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Formalizing (Web) Standards: An Application of Test and Proof

Achim D. Brucker und Michael Herzberg

Cover for brucker.ea:standard-compliance-testing:2018.Most popular technologies are based on informal or semiformal standards that lack a rigid formal semantics. Typical examples include web technologies such as the DOM or HTML, which are defined by the Web Hypertext Application Technology Working Group (WHATWG) and the World Wide Web Consortium (W3C). While there might be API specifications and test cases meant to assert the compliance of a certain implementation, the actual standard is rarely accompanied by a formal model that would lend itself for, e.g., verifying the security or safety properties of real systems.

Even when such a formalization of a standard exists, two important questions arise: first, to what extend does the formal model comply to the standard and, second, to what extend does the implementation comply to the formal model and the assumptions made during the verification? In this paper, we present an approach that brings all three involved artifacts - the (semi-)formal standard, the formalization of the standard, and the implementations - closer together by combining verification, symbolic execution, and specification based testing.

Schlüsselwörter: standard compliance, compliance tests, DOM
Kategorien: ,
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QR Code for brucker.ea:standard-compliance-testing:2018.Bitte zitieren sie diesen Artikel wie folgt:
Achim D. Brucker und Michael Herzberg. Formalizing (Web) Standards: An Application of Test and Proof. In TAP 2018: Tests And Proofs. Lecture Notes in Computer Science (10889), pages 1-8, Springer-Verlag, 2018.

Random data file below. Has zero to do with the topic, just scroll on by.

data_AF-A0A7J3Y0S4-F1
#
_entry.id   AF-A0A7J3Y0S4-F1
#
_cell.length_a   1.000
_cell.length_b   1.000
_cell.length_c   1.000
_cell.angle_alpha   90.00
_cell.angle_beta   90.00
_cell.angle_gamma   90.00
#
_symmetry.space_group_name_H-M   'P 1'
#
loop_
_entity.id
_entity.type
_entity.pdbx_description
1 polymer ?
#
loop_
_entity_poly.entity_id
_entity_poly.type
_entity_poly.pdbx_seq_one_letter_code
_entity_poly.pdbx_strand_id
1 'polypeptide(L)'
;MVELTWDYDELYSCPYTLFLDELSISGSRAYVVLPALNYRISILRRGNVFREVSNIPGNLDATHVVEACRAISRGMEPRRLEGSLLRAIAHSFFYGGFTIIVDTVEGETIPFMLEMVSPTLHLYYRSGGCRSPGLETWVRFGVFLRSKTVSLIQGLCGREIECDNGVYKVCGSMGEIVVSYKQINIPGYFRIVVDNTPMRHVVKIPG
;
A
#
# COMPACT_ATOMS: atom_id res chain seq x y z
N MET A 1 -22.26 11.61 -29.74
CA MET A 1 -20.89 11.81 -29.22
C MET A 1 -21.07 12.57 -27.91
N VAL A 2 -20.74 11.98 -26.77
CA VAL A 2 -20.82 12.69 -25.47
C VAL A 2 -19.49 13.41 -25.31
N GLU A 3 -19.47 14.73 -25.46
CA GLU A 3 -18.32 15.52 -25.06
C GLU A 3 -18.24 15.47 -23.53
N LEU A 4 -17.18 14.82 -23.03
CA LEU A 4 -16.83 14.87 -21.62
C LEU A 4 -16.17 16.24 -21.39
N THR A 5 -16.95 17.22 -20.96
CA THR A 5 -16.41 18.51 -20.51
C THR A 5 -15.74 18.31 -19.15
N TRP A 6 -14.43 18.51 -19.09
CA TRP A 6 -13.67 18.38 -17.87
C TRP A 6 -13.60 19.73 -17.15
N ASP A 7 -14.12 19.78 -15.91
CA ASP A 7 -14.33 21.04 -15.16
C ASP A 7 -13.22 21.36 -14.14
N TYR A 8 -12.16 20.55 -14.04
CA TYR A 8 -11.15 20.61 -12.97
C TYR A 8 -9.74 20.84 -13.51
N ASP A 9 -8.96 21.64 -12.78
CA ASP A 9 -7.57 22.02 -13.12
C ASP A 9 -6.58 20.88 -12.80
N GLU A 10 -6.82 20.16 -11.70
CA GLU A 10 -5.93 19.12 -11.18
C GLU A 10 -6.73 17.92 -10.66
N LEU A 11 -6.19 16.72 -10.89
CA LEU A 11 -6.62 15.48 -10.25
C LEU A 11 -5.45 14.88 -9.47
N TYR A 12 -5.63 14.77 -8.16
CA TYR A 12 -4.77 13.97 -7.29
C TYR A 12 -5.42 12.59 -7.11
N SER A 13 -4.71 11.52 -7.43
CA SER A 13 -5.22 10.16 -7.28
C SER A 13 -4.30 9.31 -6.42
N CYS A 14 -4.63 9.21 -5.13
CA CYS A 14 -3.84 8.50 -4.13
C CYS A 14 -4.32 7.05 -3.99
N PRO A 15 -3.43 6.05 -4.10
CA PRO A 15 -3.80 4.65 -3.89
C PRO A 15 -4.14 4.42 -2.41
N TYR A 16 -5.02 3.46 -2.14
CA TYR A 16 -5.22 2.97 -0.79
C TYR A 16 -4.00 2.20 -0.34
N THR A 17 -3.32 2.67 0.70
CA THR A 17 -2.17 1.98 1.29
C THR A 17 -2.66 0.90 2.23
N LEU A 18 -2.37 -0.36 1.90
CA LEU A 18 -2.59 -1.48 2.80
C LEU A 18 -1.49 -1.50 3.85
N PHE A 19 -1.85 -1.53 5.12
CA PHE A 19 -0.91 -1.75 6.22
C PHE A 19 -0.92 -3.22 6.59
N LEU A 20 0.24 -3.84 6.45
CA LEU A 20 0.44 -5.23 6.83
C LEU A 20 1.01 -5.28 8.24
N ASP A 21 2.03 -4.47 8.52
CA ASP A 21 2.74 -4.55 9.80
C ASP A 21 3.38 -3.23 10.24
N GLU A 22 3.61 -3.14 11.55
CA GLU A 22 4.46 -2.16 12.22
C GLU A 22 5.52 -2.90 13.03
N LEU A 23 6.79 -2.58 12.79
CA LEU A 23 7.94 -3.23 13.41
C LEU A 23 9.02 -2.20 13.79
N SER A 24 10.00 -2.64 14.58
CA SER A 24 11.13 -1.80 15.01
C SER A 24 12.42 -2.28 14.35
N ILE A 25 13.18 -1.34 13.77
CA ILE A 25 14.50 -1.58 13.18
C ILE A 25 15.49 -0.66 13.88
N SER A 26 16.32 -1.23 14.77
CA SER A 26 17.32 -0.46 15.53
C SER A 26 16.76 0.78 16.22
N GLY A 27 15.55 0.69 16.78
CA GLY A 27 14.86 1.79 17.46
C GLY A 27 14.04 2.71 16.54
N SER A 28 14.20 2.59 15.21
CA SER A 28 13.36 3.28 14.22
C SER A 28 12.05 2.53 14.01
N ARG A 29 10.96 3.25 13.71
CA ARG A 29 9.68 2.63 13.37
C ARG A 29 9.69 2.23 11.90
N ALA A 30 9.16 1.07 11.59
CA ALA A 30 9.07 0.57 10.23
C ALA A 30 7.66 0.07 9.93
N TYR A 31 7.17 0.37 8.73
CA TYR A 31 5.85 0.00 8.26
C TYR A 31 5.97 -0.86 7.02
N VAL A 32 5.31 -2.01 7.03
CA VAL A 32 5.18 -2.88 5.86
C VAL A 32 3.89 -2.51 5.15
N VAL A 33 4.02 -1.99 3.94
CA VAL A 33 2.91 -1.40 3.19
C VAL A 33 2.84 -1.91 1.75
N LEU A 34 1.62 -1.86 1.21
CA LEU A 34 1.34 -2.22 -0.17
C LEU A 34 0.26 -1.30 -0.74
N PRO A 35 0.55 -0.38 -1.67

Schlüsselwörter: standard compliance, compliance tests, DOM
(Artikel als PDF Datei) (BibTeX) (Endnote) (RIS) (Word) (doi:10.1007/978-3-319-92994-1_9) (Share article on LinkedIn. Share article on CiteULike.)

BibTeX
@InCollection{ brucker.ea:standard-compliance-testing:2018,
abstract = {Most popular technologies are based on informal or semiformal standards that lack a rigid formal semantics. Typical examples include web technologies such as the DOM or HTML, which are defined by the Web Hypertext Application Technology Working Group (WHATWG) and the World Wide Web Consortium (W3C). While there might be API specifications and test cases meant to assert the compliance of a certain implementation, the actual standard is rarely accompanied by a formal model that would lend itself for, e.g., verifying the security or safety properties of real systems.\\\\Even when such a formalization of a standard exists, two important questions arise: first, to what extend does the formal model comply to the standard and, second, to what extend does the implementation comply to the formal model and the assumptions made during the verification? In this paper, we present an approach that brings all three involved artifacts - the (semi-)formal standard, the formalization of the standard, and the implementations - closer together by combining verification, symbolic execution, and specification based testing.},
address = {Heidelberg},
author = {Achim D. Brucker and Michael Herzberg},
booktitle = {{TAP} 2018: Tests And Proofs},
doi = {10.1007/978-3-319-92994-1_9},
editor = {Cathrine Dubois and Burkhart Wolff},
isbn = {978-3-642-38915-3},
keywords = {standard compliance, compliance tests, DOM},
language = {USenglish},
location = {Toulouse, France},
number = {10889},
pages = {1--8},
pdf = {https://www.brucker.ch/bibliography/download/2018/brucker.ea-standard-compliance-testing-2018.pdf},
publisher = {Springer-Verlag},
series = {Lecture Notes in Computer Science},
title = {Formalizing (Web) Standards: An Application of Test and Proof},
url = {https://www.brucker.ch/bibliography/abstract/brucker.ea-standard-compliance-testing-2018},
year = {2018},
}